There’s an interesting discussion about peer group substance use in the latest edition of ‘Addiction’1,2. It set me thinking about what little we really know in spite of all the time spent on research.
The notion is that the perception of peer group substance use can influence an individual’s own decision on whether and how much to use. It has been suggested, recently, that people tend to over-estimate the substance use of those around them and might, therefore, be more prone to use themselves.
The discussion in Addiction centred on whether the way the data is being collected provides useful information and if the data collection is flawed what is the direction of that flaw.
There are those who agree with the notion that peer group use is overestimated. Others are happy that the data provides accurate estimates and, yet others, who think that rather than peer group use being over-estimated, the individual is under-reporting his/her own use.
That, of course, is a key flaw in self-report surveys; is the subject telling the truth? There are ways in which surveying organisations try and encourage truth-telling and identify lies but I’m not convinced that these are effective. The British Crime Survey asks people about substance use and includes a fictitious substance on the basis that this will identify people who don’t know what they are talking about when it comes to psychoactive substances so that their responses can be ignored. But it seems just as likely, especially with younger people, that someone who is very knowledgeable about psychoactives would report use of the fictitious drug intentionally to distort the survey’s findings.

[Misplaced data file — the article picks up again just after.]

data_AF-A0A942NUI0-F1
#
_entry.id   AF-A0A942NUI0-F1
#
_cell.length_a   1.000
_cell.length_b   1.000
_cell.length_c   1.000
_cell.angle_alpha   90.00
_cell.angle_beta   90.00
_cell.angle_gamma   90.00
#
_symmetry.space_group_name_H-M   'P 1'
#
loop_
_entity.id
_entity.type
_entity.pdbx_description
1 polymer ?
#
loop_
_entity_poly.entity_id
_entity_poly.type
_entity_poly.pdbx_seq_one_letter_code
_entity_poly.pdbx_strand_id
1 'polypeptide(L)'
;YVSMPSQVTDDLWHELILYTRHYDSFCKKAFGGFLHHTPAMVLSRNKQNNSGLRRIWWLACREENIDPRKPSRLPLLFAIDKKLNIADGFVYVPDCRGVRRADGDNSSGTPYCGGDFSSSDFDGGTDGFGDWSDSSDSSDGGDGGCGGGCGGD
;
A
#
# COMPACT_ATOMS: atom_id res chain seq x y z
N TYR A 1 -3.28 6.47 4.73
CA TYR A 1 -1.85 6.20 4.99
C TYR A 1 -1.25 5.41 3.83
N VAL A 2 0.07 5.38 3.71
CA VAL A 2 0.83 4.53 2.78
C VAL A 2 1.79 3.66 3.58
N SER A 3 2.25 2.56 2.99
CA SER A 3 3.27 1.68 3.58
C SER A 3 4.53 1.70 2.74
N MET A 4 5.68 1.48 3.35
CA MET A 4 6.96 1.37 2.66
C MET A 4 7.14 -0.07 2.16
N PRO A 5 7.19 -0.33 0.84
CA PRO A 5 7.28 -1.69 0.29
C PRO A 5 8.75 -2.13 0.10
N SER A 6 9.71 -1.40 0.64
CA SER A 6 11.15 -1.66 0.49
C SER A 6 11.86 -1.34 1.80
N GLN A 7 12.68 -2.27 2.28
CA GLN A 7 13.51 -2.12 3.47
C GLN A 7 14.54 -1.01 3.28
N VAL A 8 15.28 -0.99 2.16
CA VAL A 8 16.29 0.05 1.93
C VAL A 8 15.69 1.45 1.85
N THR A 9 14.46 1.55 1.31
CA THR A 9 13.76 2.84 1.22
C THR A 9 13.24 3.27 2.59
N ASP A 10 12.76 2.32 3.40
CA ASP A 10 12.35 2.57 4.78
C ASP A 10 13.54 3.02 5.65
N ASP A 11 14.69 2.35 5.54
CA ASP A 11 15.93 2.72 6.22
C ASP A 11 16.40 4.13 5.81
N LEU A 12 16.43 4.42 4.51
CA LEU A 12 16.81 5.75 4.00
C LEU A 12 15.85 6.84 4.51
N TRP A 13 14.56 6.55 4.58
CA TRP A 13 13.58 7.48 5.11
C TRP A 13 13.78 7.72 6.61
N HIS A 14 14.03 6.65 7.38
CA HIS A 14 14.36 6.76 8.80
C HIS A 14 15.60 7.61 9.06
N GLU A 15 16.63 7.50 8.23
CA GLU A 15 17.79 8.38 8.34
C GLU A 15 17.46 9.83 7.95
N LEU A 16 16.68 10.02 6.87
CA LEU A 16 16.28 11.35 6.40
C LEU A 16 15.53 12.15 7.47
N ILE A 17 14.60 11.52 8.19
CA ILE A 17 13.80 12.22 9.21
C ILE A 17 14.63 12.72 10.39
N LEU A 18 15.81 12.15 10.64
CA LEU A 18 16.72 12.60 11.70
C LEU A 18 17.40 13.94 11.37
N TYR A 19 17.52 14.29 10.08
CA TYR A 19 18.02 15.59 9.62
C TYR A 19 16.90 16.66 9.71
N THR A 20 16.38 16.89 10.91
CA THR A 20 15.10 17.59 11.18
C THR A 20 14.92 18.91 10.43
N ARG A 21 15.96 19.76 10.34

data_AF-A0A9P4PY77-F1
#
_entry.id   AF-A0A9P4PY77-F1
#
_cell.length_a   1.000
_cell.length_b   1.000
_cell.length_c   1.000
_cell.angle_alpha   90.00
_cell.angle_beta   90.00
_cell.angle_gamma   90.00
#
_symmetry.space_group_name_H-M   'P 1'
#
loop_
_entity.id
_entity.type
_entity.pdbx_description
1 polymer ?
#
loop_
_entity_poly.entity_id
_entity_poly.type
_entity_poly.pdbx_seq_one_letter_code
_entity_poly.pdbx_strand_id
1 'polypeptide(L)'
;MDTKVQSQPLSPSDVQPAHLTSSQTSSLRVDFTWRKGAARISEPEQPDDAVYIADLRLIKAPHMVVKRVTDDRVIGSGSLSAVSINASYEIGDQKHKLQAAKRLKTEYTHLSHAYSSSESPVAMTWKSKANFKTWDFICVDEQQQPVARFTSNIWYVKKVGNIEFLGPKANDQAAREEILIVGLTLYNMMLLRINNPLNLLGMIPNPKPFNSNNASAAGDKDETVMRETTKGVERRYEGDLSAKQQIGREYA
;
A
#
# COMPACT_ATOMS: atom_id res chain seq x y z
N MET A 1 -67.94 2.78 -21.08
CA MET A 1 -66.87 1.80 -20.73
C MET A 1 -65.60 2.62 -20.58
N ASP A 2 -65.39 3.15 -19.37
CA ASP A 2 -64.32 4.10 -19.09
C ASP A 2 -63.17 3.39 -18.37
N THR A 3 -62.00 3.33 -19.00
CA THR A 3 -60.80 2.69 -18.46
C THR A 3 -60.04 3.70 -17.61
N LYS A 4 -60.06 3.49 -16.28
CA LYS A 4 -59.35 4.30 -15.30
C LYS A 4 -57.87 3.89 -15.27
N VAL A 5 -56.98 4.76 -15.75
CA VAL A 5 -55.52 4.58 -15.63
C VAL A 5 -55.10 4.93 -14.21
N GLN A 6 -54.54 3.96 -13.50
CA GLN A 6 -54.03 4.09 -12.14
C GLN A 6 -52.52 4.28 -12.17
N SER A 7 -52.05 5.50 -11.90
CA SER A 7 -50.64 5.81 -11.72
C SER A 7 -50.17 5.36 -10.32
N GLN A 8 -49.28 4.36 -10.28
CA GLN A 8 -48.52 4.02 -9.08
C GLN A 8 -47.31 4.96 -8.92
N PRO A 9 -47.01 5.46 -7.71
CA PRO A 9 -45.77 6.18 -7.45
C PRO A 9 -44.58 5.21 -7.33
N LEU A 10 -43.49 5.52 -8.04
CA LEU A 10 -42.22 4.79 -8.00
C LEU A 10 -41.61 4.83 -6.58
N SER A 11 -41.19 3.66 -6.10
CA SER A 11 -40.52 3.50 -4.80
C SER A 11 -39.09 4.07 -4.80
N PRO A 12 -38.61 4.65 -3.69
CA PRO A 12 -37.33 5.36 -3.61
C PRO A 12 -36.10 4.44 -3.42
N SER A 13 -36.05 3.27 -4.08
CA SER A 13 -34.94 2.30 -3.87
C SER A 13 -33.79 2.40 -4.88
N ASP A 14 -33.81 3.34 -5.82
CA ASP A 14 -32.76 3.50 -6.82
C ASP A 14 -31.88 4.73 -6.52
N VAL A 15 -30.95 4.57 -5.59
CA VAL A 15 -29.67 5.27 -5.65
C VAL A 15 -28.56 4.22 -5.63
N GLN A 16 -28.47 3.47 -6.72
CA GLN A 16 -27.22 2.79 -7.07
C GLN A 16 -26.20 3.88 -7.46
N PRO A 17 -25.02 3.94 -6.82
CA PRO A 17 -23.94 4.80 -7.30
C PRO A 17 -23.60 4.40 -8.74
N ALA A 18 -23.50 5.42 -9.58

As well as participants who might knowingly try and provide false information there is the risk of people reporting what they think they should say. I think it is fair to assume that if you asked people how many portions of fruit and veg they eat each day the responses would cluster around the five that is endlessly promoted as the healthy guideline.
Added to the difficulty of collecting reasonably accurate data from self-report surveys is the way in which the surveying organisations make use of that data.
Two recent reports from the USA serve to illustrate some of these issues.
Monitoring the Future (MTF)3 is a long-running survey undertaken by the University of Michigan amongst children from the 8th, 10th and 12th grades in US schools. The Partnership Attitude Tracking Study (PATS)4 is a survey conducted amongst children in the 9th to 12th grade by The Partnership at Drugfree.org
Interestingly, the PATS report seems to have attracted more attention than the MTF. That is surprising because the MTF is, by far, the better survey. As well as having a much longer history of conducting surveys, the MTF uses a much higher number of respondents; PATS has a sample size of 3,322 against MTF’s 46,700 in total, with 30,300 of those in the same age range as used by PATS. Size isn’t everything, of course, but the larger a survey is the more likely it is to get representative results.
The other important thing about surveys is how they are presented. The Partnership at Drugfree.org began life as the Media-Advertising Partnership for a Drug-Free America and that tells us two important things about its viewpoint.